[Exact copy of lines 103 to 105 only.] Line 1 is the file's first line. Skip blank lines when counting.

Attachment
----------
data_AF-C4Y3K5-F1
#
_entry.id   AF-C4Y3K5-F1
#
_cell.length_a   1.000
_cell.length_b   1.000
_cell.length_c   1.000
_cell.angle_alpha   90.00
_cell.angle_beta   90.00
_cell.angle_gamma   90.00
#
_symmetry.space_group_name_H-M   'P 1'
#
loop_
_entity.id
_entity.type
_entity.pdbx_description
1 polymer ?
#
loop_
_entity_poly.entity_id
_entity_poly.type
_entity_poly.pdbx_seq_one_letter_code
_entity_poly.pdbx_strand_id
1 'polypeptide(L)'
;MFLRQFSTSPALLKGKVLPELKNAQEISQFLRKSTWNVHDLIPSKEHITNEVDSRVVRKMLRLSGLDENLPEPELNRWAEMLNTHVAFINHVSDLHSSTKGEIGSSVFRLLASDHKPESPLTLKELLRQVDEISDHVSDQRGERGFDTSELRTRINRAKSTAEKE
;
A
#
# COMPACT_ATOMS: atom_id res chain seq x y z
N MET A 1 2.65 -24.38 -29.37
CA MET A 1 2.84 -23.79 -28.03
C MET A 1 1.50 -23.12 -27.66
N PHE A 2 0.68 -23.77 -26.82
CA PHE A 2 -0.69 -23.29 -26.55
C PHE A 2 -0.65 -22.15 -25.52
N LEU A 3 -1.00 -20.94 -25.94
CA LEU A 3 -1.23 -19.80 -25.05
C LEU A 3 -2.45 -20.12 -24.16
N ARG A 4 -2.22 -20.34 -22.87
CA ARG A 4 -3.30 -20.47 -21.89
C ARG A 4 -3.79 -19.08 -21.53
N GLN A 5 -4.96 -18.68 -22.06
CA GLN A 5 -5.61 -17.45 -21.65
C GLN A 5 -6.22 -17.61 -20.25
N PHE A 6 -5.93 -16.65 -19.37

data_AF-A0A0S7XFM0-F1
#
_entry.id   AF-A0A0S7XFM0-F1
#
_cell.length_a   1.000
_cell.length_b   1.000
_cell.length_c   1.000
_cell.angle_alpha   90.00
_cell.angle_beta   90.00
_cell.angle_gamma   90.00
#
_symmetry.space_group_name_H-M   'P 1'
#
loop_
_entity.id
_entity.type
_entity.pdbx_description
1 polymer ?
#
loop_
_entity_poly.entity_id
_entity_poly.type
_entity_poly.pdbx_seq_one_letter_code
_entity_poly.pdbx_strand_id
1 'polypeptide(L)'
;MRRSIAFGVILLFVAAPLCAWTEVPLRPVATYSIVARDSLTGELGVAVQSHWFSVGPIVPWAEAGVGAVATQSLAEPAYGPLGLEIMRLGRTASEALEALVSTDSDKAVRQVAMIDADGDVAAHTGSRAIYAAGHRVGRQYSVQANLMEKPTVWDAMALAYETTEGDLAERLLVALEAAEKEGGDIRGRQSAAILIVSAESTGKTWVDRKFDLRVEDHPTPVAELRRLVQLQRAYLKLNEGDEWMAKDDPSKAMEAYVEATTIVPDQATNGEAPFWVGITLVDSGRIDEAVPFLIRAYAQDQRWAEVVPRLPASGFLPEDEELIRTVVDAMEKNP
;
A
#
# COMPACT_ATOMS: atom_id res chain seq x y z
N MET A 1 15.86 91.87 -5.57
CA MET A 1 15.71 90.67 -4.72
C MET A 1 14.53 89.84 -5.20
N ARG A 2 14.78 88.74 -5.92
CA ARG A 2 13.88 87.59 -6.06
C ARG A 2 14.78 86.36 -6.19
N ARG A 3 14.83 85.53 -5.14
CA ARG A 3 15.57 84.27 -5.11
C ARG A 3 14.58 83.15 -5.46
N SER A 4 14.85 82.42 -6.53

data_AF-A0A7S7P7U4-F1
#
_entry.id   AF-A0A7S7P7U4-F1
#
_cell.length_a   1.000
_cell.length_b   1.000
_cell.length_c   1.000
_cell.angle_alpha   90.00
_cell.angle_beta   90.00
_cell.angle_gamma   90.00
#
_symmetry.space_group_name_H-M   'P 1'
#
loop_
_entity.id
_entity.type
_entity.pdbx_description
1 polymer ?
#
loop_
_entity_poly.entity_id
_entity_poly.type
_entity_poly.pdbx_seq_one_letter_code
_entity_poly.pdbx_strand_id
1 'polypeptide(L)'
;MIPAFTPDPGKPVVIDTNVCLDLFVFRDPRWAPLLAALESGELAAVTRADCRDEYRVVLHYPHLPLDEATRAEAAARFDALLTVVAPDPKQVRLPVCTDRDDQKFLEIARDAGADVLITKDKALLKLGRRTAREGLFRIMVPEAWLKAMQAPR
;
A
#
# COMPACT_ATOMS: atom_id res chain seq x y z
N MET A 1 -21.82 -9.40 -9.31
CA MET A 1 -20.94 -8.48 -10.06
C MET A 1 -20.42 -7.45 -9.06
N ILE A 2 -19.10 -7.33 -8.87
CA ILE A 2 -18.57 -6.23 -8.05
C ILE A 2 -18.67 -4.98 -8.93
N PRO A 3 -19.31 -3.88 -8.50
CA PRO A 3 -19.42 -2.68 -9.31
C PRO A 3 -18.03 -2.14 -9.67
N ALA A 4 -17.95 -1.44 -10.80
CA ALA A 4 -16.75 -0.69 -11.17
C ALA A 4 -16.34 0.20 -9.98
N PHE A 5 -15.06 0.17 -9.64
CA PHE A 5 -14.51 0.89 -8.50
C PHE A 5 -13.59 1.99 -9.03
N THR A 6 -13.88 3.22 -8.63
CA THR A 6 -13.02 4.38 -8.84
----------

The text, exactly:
_entity.pdbx_description
1 polymer ?
#